Women and gender minorities, especially those escaping violence, are inequitably impacted by homelessness and housing instability. Services and housing options do exist to support this population. However, not all sectors are aware, nor are they equipped to address the complex needs of women and children who have experienced domestic violence.
This Lab moves beyond traditional supports for women and children fleeing violence in developing a “Safe at Home” housing model. Safe at Home programs offer women the option to remain in their own homes while recovering from violence and instead relocates the offenders of violence. Safe at Home brings many sectors together to provide home security measures, health and social services. It also will help women fleeing violence gain financial security and provide services and supports to offenders.
3 Key Findings
Co-develop a housing model that keeps women and children impacted by domestic violence in their homes by relocating domestic violence offenders.
Reduce chronic homelessness among victims of domestic violence with a roadmap solution that can be scaled to support families across Canada.
Strengthen partnerships and working relationships across sectors to support women impacted by domestic violence.
Project scope and expected outcomes
Challenging the traditional approach
Traditional approaches to housing are gender-blind, meaning they are created without considering the unique needs of women. When we fail to address the challenges that women face, we reinforce gender biases instead of breaking them down.
Gender transformative policies help make housing and social services meet everyone's needs. It's currently a rare approach in the housing and social service environment – it has the potential to enhance the supply of resources available. In the past decade, other countries have successfully mobilized sectors to support gender-transformative, trauma-informed housing solutions for women fleeing violence, while Canada trails.
This Lab challenges the way women and children fleeing violence are supported by developing a Canadian “Safe at Home” housing model. This model enables survivors of domestic violence to stay in their homes.
This Solutions Lab will accelerate the development of a Safe at Home pilot by:
- Co-designing with people who have lived experience
- getting buy-in from diverse sectors
- forming a new network of partnerships
The learnings from this process will then support the scaling and replication of the approach in other communities across Canada.
The Lab has 5 phases:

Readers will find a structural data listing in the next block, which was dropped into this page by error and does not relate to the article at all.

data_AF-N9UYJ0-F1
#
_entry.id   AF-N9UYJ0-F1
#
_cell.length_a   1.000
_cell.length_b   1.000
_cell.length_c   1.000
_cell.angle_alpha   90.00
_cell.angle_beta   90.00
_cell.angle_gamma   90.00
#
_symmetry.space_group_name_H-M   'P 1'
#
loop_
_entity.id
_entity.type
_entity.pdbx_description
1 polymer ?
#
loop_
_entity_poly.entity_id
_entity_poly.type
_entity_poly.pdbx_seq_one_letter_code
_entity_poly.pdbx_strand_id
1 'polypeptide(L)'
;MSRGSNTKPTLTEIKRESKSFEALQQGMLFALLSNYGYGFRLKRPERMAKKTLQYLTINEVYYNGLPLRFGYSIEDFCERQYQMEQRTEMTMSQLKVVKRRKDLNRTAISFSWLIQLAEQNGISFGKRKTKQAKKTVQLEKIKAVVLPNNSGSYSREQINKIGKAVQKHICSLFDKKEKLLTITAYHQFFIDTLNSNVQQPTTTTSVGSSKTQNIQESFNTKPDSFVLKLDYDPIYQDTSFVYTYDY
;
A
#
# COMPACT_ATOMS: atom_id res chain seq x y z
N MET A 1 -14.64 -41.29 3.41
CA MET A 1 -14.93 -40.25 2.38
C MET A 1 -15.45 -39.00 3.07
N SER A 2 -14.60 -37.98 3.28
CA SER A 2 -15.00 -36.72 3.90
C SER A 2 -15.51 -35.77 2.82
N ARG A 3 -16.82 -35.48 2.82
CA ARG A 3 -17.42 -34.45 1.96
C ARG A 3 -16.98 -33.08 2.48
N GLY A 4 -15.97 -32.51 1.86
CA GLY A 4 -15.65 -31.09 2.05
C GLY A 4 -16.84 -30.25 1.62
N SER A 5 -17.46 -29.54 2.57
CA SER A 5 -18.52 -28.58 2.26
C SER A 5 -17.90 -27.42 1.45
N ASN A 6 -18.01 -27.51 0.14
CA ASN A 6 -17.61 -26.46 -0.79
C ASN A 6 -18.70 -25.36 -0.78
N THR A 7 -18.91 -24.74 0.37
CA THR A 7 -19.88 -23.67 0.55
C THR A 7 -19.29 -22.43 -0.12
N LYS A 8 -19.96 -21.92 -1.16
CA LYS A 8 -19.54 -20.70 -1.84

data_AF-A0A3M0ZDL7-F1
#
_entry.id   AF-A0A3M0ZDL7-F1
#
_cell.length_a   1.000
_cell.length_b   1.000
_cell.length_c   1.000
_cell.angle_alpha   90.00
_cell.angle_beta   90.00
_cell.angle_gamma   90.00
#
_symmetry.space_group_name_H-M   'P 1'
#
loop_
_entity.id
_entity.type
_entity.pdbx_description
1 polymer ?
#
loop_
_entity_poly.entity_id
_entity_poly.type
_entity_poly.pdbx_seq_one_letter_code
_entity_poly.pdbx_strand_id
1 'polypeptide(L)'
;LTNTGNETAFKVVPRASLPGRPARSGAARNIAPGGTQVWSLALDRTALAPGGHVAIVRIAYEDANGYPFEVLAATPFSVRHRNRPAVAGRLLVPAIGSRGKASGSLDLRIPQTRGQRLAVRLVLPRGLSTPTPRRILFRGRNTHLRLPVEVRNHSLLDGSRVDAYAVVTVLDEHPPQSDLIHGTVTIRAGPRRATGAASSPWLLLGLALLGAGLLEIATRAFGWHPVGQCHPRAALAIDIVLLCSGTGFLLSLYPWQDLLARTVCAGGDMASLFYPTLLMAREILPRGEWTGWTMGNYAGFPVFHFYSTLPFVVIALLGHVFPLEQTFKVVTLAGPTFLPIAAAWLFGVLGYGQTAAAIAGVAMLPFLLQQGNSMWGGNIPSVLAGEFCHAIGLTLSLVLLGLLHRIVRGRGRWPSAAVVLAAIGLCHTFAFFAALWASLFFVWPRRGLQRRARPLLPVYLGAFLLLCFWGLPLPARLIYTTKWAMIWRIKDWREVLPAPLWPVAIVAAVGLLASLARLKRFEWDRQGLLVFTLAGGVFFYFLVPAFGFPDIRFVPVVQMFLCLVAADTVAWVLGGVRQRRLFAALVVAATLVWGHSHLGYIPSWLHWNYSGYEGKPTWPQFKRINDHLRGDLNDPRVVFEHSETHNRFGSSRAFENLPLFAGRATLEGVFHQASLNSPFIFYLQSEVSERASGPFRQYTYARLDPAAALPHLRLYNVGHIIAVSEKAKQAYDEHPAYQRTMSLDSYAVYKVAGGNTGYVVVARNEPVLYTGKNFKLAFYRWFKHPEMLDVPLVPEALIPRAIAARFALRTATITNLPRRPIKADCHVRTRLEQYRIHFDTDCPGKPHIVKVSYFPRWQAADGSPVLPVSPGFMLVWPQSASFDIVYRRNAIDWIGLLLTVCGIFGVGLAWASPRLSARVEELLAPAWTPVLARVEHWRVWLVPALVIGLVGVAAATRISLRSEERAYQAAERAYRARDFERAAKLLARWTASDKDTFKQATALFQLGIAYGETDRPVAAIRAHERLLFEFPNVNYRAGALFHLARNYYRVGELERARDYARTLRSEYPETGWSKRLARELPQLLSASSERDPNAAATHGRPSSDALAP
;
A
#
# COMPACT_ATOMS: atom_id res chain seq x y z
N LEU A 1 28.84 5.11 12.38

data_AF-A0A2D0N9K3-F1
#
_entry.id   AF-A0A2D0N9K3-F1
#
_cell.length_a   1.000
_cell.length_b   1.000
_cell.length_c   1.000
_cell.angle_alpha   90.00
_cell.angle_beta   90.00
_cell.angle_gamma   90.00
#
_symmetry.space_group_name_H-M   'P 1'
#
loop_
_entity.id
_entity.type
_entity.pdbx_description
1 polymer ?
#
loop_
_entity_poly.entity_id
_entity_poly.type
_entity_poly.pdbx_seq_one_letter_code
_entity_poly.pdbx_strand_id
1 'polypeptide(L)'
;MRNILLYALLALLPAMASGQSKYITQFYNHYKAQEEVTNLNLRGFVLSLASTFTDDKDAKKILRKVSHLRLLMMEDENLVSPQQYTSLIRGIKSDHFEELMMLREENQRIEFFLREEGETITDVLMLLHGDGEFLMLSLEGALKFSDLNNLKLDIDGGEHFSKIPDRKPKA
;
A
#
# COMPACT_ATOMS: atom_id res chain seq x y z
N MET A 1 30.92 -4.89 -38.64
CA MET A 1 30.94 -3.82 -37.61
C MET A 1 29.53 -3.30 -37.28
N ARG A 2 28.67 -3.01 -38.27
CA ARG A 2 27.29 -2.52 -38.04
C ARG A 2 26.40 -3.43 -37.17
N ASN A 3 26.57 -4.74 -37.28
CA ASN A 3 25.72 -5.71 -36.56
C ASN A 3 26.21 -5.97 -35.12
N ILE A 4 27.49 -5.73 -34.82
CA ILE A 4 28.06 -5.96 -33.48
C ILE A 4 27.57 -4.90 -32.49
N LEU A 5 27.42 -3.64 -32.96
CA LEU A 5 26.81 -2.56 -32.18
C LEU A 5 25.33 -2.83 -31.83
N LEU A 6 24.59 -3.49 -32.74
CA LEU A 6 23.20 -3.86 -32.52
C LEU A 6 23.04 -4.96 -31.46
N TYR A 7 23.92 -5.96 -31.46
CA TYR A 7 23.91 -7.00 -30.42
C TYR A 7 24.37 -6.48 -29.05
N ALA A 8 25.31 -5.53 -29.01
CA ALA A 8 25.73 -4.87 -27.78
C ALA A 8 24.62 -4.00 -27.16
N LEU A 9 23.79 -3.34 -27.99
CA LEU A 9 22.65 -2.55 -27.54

- The Definition Phase includes project planning and scoping. It’ll create a stakeholder list focused on partners such as children’s aid, family courts and security, as well as developing an engagement plan.
- The Discovery Phase includes desktop research, key stakeholder interviews with subject matter experts and a discovery phase workshop or lab. It will also provide an opportunity to connect people with lived experience and system stakeholders.
- The Development Phase will co-develop new ideas with stakeholder input. This will be done by hosting an advisory committee meeting, an ideal experience design planning session and a lab for program design. This will ensure Safe at Home hosts components that are both desirable and feasible to end users.
- The Prototype and Test Phase will test and refine the shared ideas and solutions learned in the first 3 phases. This phase will host a prototyping lab to complete the pilot program design, add supplementary research to the prototype and refine and test the model using the feedback provided.
- Finally, the Roadmap Phase will communicate the clear path to realizing the preferred solution. Another advisory committee meeting will be hosted during this phase. The project team will also complete the roadmap, a final report on lab events with associated materials and share public-facing documents on the project.
Creating a roadmap for families across Canada
The approach explored through this Solutions Lab will bring sectors together to encourage gender equity in housing and social services. The Lab will create a new housing program that focuses on women’s needs and address systemic gender inequities. The Lab team will pilot the Safe at Home solution in Hamilton. They intend to replicate the program in communities across Canada.
- Adrienne Pacini – SHS Consulting
- Dr. Patricia O’Campo – MAP Centre for Urban Health Solutions
- Janisha Kamalanathan – MAP Centre for Urban Health Solutions
- Christine Pacini – SHS Consulting
- Lanxi Dong – SHS Consulting
- Cathy Watts – Peer2Peer Consultants
- Valerie Sadler – Mission Services Hamilton
Get More Information:
Visit the National Housing Strategy’s Innovation page.
Search our Housing Knowledge Centre for important updates on the progress of this lab.